The Strange Tale of the Silent Twins
There are many different superstitions about twins. In some parts of the world, they have been considered capable of powerful magic. Some cultures consider them to be holy, while others consider them to be the worst of luck. It is interesting to think, then, what those cultures might have made of June and Jennifer Gibbons. Known throughout their lives together as the Silent Twins, June and Jennifer made headlines when their crimes came to light.
The twins were born in Barbados in 1963, and shortly thereafter, their parents moved them to Haverfordwest in Wales. One can imagine the isolation that the girls might have felt as the only black children at their school. They were inseperable, and they often refused to speak anything except the patois that they remembered from Barbados. They would speak it so quickly that it was difficult for even their parents to understand them.
June and Jennifer were often at odds with their schoolmates. Their teachers let them leave early to avoid bullying, and as time went on, they only cared to depend on each other. They spent all their time together, and their movements began to mirror each other. They would act in unison, and they would refuse to be separated. Eventually, they stopped speaking to anyone except each other, and, on occasion, their younger sister Rose.
The Gibbons sisters’ parents were justifiably concerned. They consulted with many therapists to try to socalize their twins. They even tried to send the girls to different boarding schools. The result, however, was that they went catatonic and refused to move at all.
Left to their own devices, the two pursued a writing career. They wrote of strange and disturbing events, like a heart transplant performed for a person from a dog, and how the dog’s heart takes it revenge. Another short story involved a disco where people became suddenly and inexplicably violent with each other. Though their stories have a certain fascinating quality in retrospect, they were never sold.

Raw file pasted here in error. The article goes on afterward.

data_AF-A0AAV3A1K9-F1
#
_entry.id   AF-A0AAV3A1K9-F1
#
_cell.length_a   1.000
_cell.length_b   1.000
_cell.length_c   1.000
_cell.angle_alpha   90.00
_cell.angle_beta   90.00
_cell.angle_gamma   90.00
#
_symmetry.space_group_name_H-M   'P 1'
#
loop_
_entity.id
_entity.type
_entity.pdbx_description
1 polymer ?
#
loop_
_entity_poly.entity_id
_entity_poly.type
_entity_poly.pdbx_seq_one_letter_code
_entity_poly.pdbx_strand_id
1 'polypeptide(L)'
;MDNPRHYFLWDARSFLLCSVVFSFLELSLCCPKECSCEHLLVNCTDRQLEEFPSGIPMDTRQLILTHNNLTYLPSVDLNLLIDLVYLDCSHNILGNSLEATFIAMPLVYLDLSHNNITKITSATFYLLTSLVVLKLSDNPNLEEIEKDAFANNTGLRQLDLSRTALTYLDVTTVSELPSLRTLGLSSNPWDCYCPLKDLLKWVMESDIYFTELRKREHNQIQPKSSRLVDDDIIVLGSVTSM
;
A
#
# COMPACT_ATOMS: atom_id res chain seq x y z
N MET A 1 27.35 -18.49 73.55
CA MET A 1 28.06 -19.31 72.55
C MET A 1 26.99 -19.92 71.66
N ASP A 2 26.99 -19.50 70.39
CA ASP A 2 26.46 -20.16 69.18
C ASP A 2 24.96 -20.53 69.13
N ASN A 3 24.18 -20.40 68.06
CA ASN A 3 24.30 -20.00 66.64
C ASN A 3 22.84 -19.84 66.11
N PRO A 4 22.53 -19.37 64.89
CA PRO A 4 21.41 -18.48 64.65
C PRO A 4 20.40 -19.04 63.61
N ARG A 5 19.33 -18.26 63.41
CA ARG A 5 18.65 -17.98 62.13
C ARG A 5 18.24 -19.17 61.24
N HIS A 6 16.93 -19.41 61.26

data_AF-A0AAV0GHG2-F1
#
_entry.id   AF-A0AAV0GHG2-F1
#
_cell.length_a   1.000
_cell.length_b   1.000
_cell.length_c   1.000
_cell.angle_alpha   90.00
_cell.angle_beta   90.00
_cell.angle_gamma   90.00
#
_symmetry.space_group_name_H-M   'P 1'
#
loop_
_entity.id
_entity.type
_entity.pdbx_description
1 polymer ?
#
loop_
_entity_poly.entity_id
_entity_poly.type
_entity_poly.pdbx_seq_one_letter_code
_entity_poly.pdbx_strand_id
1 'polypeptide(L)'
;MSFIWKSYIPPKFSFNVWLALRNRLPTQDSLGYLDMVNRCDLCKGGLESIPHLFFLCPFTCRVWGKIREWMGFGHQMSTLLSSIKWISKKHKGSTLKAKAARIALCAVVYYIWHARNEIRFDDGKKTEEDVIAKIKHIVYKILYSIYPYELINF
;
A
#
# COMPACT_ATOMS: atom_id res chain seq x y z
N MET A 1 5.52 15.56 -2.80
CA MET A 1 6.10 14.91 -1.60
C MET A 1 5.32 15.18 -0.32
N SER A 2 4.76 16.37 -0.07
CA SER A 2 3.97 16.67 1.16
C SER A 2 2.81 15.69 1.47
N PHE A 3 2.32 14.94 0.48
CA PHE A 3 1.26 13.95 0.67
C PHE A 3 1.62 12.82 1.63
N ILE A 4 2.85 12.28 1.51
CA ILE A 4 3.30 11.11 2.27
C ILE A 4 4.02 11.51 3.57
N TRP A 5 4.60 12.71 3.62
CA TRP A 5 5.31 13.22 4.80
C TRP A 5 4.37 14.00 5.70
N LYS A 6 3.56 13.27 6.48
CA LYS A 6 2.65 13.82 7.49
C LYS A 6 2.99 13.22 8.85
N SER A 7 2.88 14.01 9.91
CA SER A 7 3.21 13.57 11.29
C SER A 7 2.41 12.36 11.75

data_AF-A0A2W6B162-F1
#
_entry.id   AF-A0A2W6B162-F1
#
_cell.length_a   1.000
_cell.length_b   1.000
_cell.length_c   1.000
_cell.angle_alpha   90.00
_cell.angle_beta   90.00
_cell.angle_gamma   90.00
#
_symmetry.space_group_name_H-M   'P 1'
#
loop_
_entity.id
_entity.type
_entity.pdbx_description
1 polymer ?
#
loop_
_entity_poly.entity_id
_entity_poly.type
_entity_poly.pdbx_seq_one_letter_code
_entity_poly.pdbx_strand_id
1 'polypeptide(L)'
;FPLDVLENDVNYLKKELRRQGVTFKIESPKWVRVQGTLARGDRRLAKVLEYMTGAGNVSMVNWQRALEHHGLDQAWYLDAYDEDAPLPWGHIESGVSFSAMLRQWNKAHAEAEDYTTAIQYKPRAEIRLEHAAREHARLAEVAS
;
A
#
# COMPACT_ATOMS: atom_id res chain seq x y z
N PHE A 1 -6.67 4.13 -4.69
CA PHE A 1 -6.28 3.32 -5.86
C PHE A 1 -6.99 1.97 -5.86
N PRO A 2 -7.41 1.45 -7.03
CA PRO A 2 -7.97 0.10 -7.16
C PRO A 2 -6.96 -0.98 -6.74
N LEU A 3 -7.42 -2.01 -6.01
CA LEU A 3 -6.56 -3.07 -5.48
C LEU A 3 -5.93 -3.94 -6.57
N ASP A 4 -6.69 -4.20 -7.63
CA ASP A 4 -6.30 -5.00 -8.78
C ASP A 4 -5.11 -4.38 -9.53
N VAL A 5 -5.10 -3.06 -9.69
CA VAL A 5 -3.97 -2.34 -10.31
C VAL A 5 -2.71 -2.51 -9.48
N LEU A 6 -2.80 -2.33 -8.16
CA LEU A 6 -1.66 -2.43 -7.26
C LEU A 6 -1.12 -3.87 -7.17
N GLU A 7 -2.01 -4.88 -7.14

After a certain amount of time, the Gibbons sisters decided that crime rather than publishing was the way to become known. They engaged in a variety of crimes, including theft and arson. The later was what had them brought to Broadmoor Hospital.
For the next fourteen years, they were given high doses of drugs. Though these drugs did not seem to have a great effect on normalizing the sisters, they did reduce their ability to concentrate and in some cases, even to communicate. The doses were adjusted, and the sisters could go on to perform in the hospital choir. Their creative writing, however, never recovered.
Sometime after this, at the age of thirty, the girls decided to move on. According to hospital records, Jennifer and June had a long-standing agreement that if one of them died, the other had to go on to speak and to live a normal life while interacting with others. The twins were convinced that this could not happen if they both lived.
They spoke about the situation at length, and finally, they decided that Jennifer was going to be the twin to die. During a routine transfer to another clinic, Jennifer went comatose and would never wake up again. She was diagnosed with a sudden and severe inflammation of the heart, but there was no reason why it should have suddenly occurred. With no drugs or poison in her body, it was uneasily believed that she had somehow willed herself to die.
June’s only words on the subject were, “I’m free at last, liberated, and at last Jennifer has given up her life for me.”
Just a little over 10 years after Jennifer’s death, Jun returned to West Wales to live close to her parents. As far as the psychiatric community and her own community can tell, she has left her silence and her strangeness behind to become herself alone.